One thing that may help Media Center PC shipments increase, however, is the release this fall of the Media Center extender, a small box that sits on the top of a television set and connects a Media Center PC from another room to the television set. That could overcome one hurdle in adoption of the Media Center PC -- consumer resistance to putting a PC in their living room. Microsoft also is planning to sell a title for its Xbox game console that will enable Xbox to turn into an extender. "Personally, I would like to have that in my house," SG Cowen analyst Drew Brosseau said of the Media Center PC. Similarly, Brosseau noted that the Tablet PC, now in its fourth generation since its launch about 18 months ago, has been getting better; something Brosseau said he'd like as a replacement to his current laptop. (He is recommending Microsoft stock and has firm hasn't done banking with Microsoft.) Both Media Center and Tablet PCs are potential areas of growth in the next 12 months, before the release of Longhorn, the next version of the Windows operating system, Brosseau pointed out. Analysts and investors are viewing Longhorn as a big source of future growth, but it's not due out in beta form until the first half of 2005. Chairman and Chief Software Architect Bill Gates seemed to temper expectation of Longhorn driving big sales. During a lunchtime address, Gates pointed out that Microsoft is not raising the cost of the operating system with Longhorn's release and that about 90% of sales of the operating system come with new machines. Ballmer later echoed that sentiment, saying he believes that the financial analyst community has overemphasized the revenue impact of Longhorn.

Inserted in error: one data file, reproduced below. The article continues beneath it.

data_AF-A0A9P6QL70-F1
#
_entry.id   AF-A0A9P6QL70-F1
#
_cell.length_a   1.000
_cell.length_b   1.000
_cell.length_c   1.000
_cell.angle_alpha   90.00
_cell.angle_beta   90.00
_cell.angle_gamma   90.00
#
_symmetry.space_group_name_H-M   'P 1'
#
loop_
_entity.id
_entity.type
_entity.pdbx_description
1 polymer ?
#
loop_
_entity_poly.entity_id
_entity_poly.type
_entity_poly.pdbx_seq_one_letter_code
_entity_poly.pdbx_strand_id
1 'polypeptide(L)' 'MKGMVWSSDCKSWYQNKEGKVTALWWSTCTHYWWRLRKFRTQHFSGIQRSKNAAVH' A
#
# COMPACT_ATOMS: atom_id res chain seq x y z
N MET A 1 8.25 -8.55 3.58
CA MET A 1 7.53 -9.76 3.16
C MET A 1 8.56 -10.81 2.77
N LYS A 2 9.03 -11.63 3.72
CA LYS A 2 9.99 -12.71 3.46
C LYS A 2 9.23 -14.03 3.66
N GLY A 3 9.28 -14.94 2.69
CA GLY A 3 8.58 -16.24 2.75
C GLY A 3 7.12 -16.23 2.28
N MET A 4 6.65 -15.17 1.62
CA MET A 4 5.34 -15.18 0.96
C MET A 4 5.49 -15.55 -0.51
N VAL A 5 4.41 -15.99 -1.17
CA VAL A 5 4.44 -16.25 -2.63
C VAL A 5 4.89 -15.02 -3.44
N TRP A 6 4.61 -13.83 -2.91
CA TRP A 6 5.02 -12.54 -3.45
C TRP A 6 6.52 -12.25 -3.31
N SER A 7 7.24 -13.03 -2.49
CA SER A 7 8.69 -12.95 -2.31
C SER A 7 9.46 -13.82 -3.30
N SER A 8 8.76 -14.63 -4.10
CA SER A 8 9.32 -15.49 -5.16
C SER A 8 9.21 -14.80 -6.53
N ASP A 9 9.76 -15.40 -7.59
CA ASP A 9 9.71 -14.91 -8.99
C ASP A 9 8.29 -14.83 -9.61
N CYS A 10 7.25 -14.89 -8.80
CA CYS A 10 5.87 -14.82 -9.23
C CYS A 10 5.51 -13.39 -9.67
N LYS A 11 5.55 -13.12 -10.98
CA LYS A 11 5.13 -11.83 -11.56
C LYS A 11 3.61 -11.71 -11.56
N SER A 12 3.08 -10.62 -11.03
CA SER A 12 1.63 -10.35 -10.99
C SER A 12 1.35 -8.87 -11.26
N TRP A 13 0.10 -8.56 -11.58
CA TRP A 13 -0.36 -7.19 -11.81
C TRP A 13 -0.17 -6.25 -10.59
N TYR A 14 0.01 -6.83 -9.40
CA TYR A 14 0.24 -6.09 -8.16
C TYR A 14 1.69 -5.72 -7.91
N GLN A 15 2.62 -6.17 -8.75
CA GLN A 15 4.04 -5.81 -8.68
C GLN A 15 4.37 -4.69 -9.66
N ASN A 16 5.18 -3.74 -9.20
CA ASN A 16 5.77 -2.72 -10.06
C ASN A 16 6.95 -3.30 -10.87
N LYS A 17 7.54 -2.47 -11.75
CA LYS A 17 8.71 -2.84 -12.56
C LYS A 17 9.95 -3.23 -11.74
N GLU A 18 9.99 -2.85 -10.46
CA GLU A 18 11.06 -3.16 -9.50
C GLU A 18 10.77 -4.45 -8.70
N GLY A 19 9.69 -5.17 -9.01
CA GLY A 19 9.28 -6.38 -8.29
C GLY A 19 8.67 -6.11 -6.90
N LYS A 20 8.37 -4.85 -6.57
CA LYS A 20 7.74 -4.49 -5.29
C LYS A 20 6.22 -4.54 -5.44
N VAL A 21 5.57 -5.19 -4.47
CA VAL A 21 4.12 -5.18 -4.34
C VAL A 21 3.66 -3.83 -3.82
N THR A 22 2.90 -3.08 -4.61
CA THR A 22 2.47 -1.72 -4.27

"The company is playing possum," retorted Sanford C. Bernstein analyst Charlie Di Bona, who is expecting Longhorn to drive measurable revenue growth. Longhorn actually could drive hardware replacements, noted Di Bona, who has an outperform rating on Microsoft. (His firm doesn't do investment banking.) Conversely, Linux open-source software is now the biggest cloud hanging over Microsoft's growth story, Di Bona argued.